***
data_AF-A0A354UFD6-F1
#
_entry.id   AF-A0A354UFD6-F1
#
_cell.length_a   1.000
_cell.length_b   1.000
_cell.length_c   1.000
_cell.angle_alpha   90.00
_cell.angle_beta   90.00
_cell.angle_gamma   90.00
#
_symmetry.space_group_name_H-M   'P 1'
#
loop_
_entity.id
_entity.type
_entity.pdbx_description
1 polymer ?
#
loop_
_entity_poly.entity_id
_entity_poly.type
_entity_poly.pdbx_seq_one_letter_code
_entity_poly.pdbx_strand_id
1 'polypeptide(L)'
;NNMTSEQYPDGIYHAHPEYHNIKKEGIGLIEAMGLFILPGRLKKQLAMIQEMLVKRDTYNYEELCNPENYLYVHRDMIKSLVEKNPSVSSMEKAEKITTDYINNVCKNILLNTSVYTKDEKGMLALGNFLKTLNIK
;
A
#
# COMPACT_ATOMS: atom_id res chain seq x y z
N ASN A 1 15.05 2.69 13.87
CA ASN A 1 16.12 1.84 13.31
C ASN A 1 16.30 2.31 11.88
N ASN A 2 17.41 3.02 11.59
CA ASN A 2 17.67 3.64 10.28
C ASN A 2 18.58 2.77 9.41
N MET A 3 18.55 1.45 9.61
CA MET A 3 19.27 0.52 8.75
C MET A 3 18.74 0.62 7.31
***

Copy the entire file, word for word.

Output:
data_AF-A0A354UFD6-F1
#
_entry.id   AF-A0A354UFD6-F1
#
_cell.length_a   1.000
_cell.length_b   1.000
_cell.length_c   1.000
_cell.angle_alpha   90.00
_cell.angle_beta   90.00
_cell.angle_gamma   90.00
#
_symmetry.space_group_name_H-M   'P 1'
#
loop_
_entity.id
_entity.type
_entity.pdbx_description
1 polymer ?
#
loop_
_entity_poly.entity_id
_entity_poly.type
_entity_poly.pdbx_seq_one_letter_code
_entity_poly.pdbx_strand_id
1 'polypeptide(L)'
;NNMTSEQYPDGIYHAHPEYHNIKKEGIGLIEAMGLFILPGRLKKQLAMIQEMLVKRDTYNYEELCNPENYLYVHRDMIKSLVEKNPSVSSMEKAEKITTDYINNVCKNILLNTSVYTKDEKGMLALGNFLKTLNIK
;
A
#
# COMPACT_ATOMS: atom_id res chain seq x y z
N ASN A 1 15.05 2.69 13.87
CA ASN A 1 16.12 1.84 13.31
C ASN A 1 16.30 2.31 11.88
N ASN A 2 17.41 3.02 11.59
CA ASN A 2 17.67 3.64 10.28
C ASN A 2 18.58 2.77 9.41
N MET A 3 18.55 1.45 9.61
CA MET A 3 19.27 0.52 8.75
C MET A 3 18.74 0.62 7.31